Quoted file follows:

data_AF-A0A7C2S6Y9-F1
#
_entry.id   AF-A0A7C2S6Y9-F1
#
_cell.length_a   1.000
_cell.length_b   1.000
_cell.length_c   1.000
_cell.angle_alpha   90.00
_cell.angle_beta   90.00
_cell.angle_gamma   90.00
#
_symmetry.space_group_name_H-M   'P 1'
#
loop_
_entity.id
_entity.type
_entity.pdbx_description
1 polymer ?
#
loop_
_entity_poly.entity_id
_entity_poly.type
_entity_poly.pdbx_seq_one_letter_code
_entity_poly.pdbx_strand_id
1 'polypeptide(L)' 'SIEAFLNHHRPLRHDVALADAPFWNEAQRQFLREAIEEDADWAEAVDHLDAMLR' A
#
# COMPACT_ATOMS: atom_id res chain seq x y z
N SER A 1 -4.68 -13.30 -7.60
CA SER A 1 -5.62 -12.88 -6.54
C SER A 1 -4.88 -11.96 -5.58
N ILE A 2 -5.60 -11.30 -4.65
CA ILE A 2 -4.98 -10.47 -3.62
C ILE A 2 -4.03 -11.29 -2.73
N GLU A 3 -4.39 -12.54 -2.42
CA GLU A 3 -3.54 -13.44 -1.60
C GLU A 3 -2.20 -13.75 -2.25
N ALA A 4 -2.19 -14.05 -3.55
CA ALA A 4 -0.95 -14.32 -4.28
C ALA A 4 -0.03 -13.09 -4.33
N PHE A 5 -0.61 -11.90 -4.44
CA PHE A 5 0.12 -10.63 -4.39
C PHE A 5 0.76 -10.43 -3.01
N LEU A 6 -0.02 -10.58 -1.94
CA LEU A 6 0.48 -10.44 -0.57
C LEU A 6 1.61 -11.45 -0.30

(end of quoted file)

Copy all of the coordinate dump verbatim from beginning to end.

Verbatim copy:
data_AF-A0A7C2S6Y9-F1
#
_entry.id   AF-A0A7C2S6Y9-F1
#
_cell.length_a   1.000
_cell.length_b   1.000
_cell.length_c   1.000
_cell.angle_alpha   90.00
_cell.angle_beta   90.00
_cell.angle_gamma   90.00
#
_symmetry.space_group_name_H-M   'P 1'
#
loop_
_entity.id
_entity.type
_entity.pdbx_description
1 polymer ?
#
loop_
_entity_poly.entity_id
_entity_poly.type
_entity_poly.pdbx_seq_one_letter_code
_entity_poly.pdbx_strand_id
1 'polypeptide(L)' 'SIEAFLNHHRPLRHDVALADAPFWNEAQRQFLREAIEEDADWAEAVDHLDAMLR' A
#
# COMPACT_ATOMS: atom_id res chain seq x y z
N SER A 1 -4.68 -13.30 -7.60
CA SER A 1 -5.62 -12.88 -6.54
C SER A 1 -4.88 -11.96 -5.58
N ILE A 2 -5.60 -11.30 -4.65
CA ILE A 2 -4.98 -10.47 -3.62
C ILE A 2 -4.03 -11.29 -2.73
N GLU A 3 -4.39 -12.54 -2.42
CA GLU A 3 -3.54 -13.44 -1.60
C GLU A 3 -2.20 -13.75 -2.25
N ALA A 4 -2.19 -14.05 -3.55
CA ALA A 4 -0.95 -14.32 -4.28
C ALA A 4 -0.03 -13.09 -4.33
N PHE A 5 -0.61 -11.90 -4.44
CA PHE A 5 0.12 -10.63 -4.39
C PHE A 5 0.76 -10.43 -3.01
N LEU A 6 -0.02 -10.58 -1.94
CA LEU A 6 0.48 -10.44 -0.57
C LEU A 6 1.61 -11.45 -0.30